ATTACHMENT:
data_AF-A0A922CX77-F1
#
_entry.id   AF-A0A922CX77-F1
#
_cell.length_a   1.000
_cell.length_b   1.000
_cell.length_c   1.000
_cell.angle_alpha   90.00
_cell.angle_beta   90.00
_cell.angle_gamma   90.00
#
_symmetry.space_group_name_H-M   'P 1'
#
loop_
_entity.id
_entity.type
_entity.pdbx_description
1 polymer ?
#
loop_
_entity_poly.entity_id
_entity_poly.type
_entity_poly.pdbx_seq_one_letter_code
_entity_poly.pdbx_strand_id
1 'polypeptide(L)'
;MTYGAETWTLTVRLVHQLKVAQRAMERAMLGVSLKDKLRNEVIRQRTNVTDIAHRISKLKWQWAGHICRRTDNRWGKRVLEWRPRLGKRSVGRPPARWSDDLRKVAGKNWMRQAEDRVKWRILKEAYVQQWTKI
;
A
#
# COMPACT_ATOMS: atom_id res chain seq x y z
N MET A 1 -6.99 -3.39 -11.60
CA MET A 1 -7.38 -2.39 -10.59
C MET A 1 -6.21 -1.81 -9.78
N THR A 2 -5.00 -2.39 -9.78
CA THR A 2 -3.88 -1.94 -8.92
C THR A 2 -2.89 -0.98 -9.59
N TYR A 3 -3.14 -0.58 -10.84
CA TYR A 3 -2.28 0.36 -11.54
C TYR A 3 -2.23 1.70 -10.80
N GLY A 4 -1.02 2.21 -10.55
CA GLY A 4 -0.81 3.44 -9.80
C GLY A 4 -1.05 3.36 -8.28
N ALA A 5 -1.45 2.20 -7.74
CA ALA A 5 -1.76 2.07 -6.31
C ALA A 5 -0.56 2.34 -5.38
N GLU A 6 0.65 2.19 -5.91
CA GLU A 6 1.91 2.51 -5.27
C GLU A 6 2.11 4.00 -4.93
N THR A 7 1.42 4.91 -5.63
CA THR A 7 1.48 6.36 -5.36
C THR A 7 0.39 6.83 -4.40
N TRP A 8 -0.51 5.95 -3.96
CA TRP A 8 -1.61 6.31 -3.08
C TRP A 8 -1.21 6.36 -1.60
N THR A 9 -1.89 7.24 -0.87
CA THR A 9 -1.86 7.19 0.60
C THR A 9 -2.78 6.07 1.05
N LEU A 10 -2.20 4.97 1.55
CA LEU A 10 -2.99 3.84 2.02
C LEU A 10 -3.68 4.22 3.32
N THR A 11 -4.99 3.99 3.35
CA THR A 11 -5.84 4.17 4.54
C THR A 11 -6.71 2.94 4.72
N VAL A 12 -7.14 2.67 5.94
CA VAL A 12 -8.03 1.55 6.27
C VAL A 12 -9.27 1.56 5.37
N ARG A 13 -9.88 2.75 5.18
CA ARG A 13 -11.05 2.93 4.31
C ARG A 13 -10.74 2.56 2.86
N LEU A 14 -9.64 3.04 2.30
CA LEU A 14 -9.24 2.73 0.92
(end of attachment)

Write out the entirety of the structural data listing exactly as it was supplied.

data_AF-A0A922CX77-F1
#
_entry.id   AF-A0A922CX77-F1
#
_cell.length_a   1.000
_cell.length_b   1.000
_cell.length_c   1.000
_cell.angle_alpha   90.00
_cell.angle_beta   90.00
_cell.angle_gamma   90.00
#
_symmetry.space_group_name_H-M   'P 1'
#
loop_
_entity.id
_entity.type
_entity.pdbx_description
1 polymer ?
#
loop_
_entity_poly.entity_id
_entity_poly.type
_entity_poly.pdbx_seq_one_letter_code
_entity_poly.pdbx_strand_id
1 'polypeptide(L)'
;MTYGAETWTLTVRLVHQLKVAQRAMERAMLGVSLKDKLRNEVIRQRTNVTDIAHRISKLKWQWAGHICRRTDNRWGKRVLEWRPRLGKRSVGRPPARWSDDLRKVAGKNWMRQAEDRVKWRILKEAYVQQWTKI
;
A
#
# COMPACT_ATOMS: atom_id res chain seq x y z
N MET A 1 -6.99 -3.39 -11.60
CA MET A 1 -7.38 -2.39 -10.59
C MET A 1 -6.21 -1.81 -9.78
N THR A 2 -5.00 -2.39 -9.78
CA THR A 2 -3.88 -1.94 -8.92
C THR A 2 -2.89 -0.98 -9.59
N TYR A 3 -3.14 -0.58 -10.84
CA TYR A 3 -2.28 0.36 -11.54
C TYR A 3 -2.23 1.70 -10.80
N GLY A 4 -1.02 2.21 -10.55
CA GLY A 4 -0.81 3.44 -9.80
C GLY A 4 -1.05 3.36 -8.28
N ALA A 5 -1.45 2.20 -7.74
CA ALA A 5 -1.76 2.07 -6.31
C ALA A 5 -0.56 2.34 -5.38
N GLU A 6 0.65 2.19 -5.91
CA GLU A 6 1.91 2.51 -5.27
C GLU A 6 2.11 4.00 -4.93
N THR A 7 1.42 4.91 -5.63
CA THR A 7 1.48 6.36 -5.36
C THR A 7 0.39 6.83 -4.40
N TRP A 8 -0.51 5.95 -3.96
CA TRP A 8 -1.61 6.31 -3.08
C TRP A 8 -1.21 6.36 -1.60
N THR A 9 -1.89 7.24 -0.87
CA THR A 9 -1.86 7.19 0.60
C THR A 9 -2.78 6.07 1.05
N LEU A 10 -2.20 4.97 1.55
CA LEU A 10 -2.99 3.84 2.02
C LEU A 10 -3.68 4.22 3.32
N THR A 11 -4.99 3.99 3.35
CA THR A 11 -5.84 4.17 4.54
C THR A 11 -6.71 2.94 4.72
N VAL A 12 -7.14 2.67 5.94
CA VAL A 12 -8.03 1.55 6.27
C VAL A 12 -9.27 1.56 5.37
N ARG A 13 -9.88 2.75 5.18
CA ARG A 13 -11.05 2.93 4.31
C ARG A 13 -10.74 2.56 2.86
N LEU A 14 -9.64 3.04 2.30
CA LEU A 14 -9.24 2.73 0.92